Joy for the Soul

If you watch or read the news, you wonder if there is any joy left in this world. Occasionally, a heart-warming story is inserted amidst the grim, bleak, despairing circumstances that seems to be gripping humanity. If Advent is the season of hope and the third Sunday in Advent focuses on joy, it’s obvious the masses have not received that memo.

When Jesus, the one whose birth we await during this season, started his ministry, he stood in the synagogue and read this hope-filled passage from Isaiah:

The spirit of the Lord God is upon me, because the Lord has anointed me; he has sent me to bring good news to the oppressed, to bind up the brokenhearted, to proclaim liberty to the captives, and release to the prisoners; to proclaim the year of the Lord’s favor, and the day of vengeance of our God; to comfort all who mourn; to provide for those who mourn in Zion— to give them a garland instead of ashes, the oil of gladness instead of mourning, the mantle of praise instead of a faint spirit.

They will be called oaks of righteousness, the planting of the Lord, to display his glory. They shall build up the ancient ruins, they shall raise up the former devastations; they shall repair the ruined cities, the devastations of many generations.

For I the Lord love justice, I hate robbery and wrongdoing; I will faithfully give them their recompense, and I will make an everlasting covenant with them. Their descendants shall be known among the nations, and their offspring among the peoples; all who see them shall acknowledge that they are a people whom the Lord has blessed.

I will greatly rejoice in the Lord, my whole being shall exult in my God; for he has clothed me with the garments of salvation, he has covered me with the robe of righteousness, as a bridegroom decks himself with a garland, and as a bride adorns herself with her jewels. For as the earth brings forth its shoots, and as a garden causes what is sown in it to spring up, so the Lord God will cause righteousness and praise to spring up before all the nations (Isaiah 61:1-4; 8-11).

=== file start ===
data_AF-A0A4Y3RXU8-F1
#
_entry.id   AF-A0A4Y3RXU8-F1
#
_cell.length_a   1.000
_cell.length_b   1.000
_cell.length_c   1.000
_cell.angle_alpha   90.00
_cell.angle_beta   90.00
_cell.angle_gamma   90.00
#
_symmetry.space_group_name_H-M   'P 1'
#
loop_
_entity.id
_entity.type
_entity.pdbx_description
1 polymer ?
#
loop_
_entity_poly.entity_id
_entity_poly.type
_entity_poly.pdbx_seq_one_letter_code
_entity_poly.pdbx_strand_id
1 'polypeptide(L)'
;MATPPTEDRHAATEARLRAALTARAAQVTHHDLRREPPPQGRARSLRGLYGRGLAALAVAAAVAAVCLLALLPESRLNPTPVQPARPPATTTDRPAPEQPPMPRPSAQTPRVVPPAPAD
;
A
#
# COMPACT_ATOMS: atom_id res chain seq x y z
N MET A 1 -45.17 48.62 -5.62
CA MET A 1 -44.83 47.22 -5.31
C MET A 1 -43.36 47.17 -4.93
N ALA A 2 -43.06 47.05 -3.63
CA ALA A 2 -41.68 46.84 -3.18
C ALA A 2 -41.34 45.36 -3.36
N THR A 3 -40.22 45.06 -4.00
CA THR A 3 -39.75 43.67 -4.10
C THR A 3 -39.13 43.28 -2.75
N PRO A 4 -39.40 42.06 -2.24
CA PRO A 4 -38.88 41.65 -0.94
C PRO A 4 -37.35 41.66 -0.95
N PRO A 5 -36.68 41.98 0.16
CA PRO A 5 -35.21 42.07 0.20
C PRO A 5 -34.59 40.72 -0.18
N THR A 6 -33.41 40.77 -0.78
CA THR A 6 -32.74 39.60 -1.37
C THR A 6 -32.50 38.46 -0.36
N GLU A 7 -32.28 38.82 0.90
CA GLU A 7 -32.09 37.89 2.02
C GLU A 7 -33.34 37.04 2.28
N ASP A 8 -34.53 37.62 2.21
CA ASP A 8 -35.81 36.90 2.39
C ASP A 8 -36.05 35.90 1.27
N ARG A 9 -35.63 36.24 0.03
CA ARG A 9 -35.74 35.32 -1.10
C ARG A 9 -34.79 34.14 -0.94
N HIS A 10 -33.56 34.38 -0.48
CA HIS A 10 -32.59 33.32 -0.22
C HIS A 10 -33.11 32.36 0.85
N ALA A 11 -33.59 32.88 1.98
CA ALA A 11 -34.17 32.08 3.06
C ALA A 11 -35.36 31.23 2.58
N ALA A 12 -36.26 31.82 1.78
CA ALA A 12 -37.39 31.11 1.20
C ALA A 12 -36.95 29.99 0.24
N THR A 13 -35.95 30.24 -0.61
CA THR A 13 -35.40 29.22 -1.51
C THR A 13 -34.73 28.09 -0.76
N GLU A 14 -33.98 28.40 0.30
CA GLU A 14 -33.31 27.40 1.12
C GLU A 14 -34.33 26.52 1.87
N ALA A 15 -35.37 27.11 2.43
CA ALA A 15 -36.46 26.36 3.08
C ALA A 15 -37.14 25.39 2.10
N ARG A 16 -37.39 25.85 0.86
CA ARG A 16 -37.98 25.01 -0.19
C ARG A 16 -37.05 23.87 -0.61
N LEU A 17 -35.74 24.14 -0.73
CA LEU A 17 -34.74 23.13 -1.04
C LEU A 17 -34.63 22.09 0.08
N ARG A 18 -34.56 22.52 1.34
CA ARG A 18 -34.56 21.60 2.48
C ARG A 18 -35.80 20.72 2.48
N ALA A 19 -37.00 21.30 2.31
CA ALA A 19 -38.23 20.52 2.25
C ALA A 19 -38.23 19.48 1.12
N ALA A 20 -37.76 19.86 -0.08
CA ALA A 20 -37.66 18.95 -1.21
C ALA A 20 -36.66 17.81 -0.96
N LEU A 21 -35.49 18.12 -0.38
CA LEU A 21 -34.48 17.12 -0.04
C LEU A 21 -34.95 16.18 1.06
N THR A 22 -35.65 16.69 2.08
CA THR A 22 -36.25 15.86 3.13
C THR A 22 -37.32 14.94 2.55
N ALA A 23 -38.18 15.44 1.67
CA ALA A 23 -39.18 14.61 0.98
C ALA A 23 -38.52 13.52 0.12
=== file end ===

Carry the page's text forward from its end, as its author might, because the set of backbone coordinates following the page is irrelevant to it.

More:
As with everything Jesus did, reading this passage was by design. His ministry of healing and teaching and grace became the definitive sign of God coming into the world in a new and hopeful way in the person of Jesus. The ministry of Jesus is to be continually carried out by the people of God in every act of justice and rebuilding, healing and hope.

As I reflect on the poverty and deterioration of our cities, here and abroad, I can sense what it must have been like for the Israelites returning from captivity in Babylon as they entered their once-glorious Jerusalem now destroyed and in ruins. What does it say about societies where permanent underclasses have no hope of rising up and out of their circumstances even with education and hard work?

How does God still speak to us today about our treatment of those of us who are poor, those of us who are most vulnerable and without voice? Who is speaking for the poor and marginalized as we dream of rebuilding our cities? Who is speaking for the poor in nations pressed down with debt? How are we moved, in this season of charity, to be a blessing and bring joy?

As we await the coming of Jesus, the same Jesus who identified his own call with these words from Isaiah, what is the hope we long for the world? What words and small deeds of joy can we share. Joy shared is a soothing balm

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